Euro, stocks up on hopes Italy may avoid crisis

Global equities and the euro rallied Tuesday after Italian Prime Minister Silvio Berlusconi said he would resign, sparking optimism that a new leader will act more aggressively to tackle Italy's debt problem, a critical step in containing the euro zone's credit crisis.

Investors bid up risky assets like stocks and the euro on hopes that Italy, the euro zone's third-largest economy, would avoid a crisis similar to the one that forced Greece to seek a bailout.

Berlusconi's offer could ease the passage of unpopular austerity measures needed to reduce debt and lower Italian government bond yields. The yield on Italy's benchmark 10-year bond hit a 14-year high earlier on Tuesday, approaching levels seen in the government bonds of Portugal and Ireland when they had to seek bailouts.

Berlusconi, a billionaire media magnate beset by corruption trials and sex scandals, said he would step down as soon as parliament passed urgent reforms, in votes expected later this month.

"We'll get new blood that will allow us to start being constructive and moving on reform," said Mark Lookabill, wealth adviser at Carson Wealth Management in Omaha, Nebraska.

Analysts, however, warned that gains may prove unsustainable because it remains unclear whether a new government would be able to promote growth and implement spending cuts to bring down debt levels. At 120 percent of gross domestic product, Rome's massive debt is the second highest in Europe.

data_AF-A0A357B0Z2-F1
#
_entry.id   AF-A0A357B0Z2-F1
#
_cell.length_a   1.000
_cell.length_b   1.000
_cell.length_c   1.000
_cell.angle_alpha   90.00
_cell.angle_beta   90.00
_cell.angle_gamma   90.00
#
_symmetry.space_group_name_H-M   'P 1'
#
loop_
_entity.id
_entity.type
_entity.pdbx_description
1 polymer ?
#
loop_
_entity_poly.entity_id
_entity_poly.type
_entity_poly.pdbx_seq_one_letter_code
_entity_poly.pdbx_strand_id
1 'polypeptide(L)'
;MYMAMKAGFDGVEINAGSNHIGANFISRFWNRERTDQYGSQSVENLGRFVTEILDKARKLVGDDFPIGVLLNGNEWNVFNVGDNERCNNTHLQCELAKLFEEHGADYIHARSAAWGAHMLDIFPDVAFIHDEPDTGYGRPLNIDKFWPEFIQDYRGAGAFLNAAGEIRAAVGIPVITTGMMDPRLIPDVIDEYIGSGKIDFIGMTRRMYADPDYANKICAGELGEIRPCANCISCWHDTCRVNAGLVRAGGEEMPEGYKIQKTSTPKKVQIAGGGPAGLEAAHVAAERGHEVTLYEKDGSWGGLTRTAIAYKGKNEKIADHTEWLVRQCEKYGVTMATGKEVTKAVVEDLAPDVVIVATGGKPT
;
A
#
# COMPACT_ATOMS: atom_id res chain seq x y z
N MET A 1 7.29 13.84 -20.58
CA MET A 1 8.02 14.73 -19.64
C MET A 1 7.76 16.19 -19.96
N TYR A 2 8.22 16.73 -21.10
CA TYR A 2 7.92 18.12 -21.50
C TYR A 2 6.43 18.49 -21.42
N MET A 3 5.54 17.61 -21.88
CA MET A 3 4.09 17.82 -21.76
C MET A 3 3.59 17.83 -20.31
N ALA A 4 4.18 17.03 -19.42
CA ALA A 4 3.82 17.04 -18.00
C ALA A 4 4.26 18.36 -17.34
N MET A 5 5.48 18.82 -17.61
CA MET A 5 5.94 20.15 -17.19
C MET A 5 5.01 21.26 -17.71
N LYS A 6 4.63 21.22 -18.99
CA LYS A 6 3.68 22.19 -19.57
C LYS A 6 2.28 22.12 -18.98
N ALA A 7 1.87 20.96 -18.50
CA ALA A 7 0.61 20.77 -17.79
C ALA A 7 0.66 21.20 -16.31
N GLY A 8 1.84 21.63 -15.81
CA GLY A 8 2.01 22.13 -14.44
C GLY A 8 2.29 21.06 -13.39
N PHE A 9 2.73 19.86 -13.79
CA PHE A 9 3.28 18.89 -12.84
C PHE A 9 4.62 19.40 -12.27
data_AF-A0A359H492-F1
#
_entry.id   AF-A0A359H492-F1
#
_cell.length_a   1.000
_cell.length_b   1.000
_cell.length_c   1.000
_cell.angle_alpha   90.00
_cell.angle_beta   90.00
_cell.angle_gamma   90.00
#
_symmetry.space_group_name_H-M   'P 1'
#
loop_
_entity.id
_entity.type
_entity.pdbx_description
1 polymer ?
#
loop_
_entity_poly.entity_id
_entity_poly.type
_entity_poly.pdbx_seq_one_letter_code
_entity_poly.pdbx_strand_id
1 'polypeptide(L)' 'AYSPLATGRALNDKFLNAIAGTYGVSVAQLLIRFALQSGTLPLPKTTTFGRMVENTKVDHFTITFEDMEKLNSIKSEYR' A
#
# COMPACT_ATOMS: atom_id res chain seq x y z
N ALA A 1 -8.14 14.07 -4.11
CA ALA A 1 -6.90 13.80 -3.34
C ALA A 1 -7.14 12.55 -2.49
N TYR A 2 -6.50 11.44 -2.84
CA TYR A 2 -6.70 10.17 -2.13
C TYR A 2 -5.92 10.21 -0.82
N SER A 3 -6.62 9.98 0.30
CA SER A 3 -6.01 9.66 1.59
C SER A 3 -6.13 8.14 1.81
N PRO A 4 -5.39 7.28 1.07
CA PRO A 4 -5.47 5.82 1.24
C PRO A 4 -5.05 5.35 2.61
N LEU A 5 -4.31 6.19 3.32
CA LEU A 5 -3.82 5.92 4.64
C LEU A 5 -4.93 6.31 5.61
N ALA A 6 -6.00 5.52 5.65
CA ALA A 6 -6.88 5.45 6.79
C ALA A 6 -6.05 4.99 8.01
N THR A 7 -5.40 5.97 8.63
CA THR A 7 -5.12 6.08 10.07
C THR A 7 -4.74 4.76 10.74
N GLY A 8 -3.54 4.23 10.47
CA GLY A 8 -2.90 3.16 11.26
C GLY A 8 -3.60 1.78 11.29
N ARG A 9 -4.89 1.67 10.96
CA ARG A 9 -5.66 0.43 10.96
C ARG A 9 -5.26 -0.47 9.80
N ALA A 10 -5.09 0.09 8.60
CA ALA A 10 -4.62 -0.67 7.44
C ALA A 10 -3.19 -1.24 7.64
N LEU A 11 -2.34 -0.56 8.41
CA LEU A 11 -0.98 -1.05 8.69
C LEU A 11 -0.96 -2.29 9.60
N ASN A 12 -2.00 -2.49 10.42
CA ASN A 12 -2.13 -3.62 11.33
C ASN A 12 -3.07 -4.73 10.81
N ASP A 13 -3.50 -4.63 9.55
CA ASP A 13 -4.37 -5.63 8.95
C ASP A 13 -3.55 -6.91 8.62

"I guess it resolved a little bit of political impasse that they had, but it also opens the door to further political disarray in Italy, potentially delaying passage and implementation of austerity measures," said Brian Dolan, chief currency strategist at in Bedminster, New Jersey.

The MSCI world equity index was last trading 0.9 percent higher.

On Wall Street, the Dow Jones industrial average ended up 101.79 points, or 0.84 percent, at 12,170.18. The S&P 500 gained 14.80 points, or 1.17 percent, to 1,275.92. The Nasdaq Composite rose 32.24 points, or 1.20 percent, to 2,727.49.

The benchmark 10-year U.S. Treasury note was down 17/32, with the yield at 2.0804 percent, as its safe-haven appeal shrank.


The euro hit session highs after the Berlusconi news and was last up 0.5 percent at $1.3841.

The euro remained slightly lower versus the Swiss franc and flat against the yen.

Dolan of noted the burdens of a swelling deficit and stagnating growth still faced by Italy, and the challenge that presents to a sustained rise in the euro.

"Italy still has that major problem to get over and a change in political leadership is not going to resolve that," he said.

Investors earlier had driven the yield on the Italian 10-year bond to a high near 6.8 percent.

Focus has shifted in the past few days from Greece's weak economy and finances to Italy's deficit. With borrowing costs soaring and 1.9 trillion euros in public debt, Italy -- as opposed to Greece -- is too large to bail out.

U.S. oil prices jumped a fifth straight day on Tuesday and most other commodities also rose on the news of Berlusconi's resignation.

The 19-commodity Reuters-Jefferies CRB index finished nearly flat, up 0.4 percent with strong gains in U.S. crude making up for losses in gold, coffee and cocoa.

Gold rose above $1,800 an ounce for the first time in more than a month before settling down as Berlusconi's resignation took out some of the fear factor in financial markets. Gold traditionally thrives as an insurance against market fears.

The spot price of gold, which tracks trades in bullion , hit a seven-week high of $1,802.60 before slipping to below $1,784 late afternoon in New York -- down more than half a percent from late Monday levels. (Reporting by Rodrigo Campos; Additional reporting by Ryan Vlastelica and Wanfeng Zhou)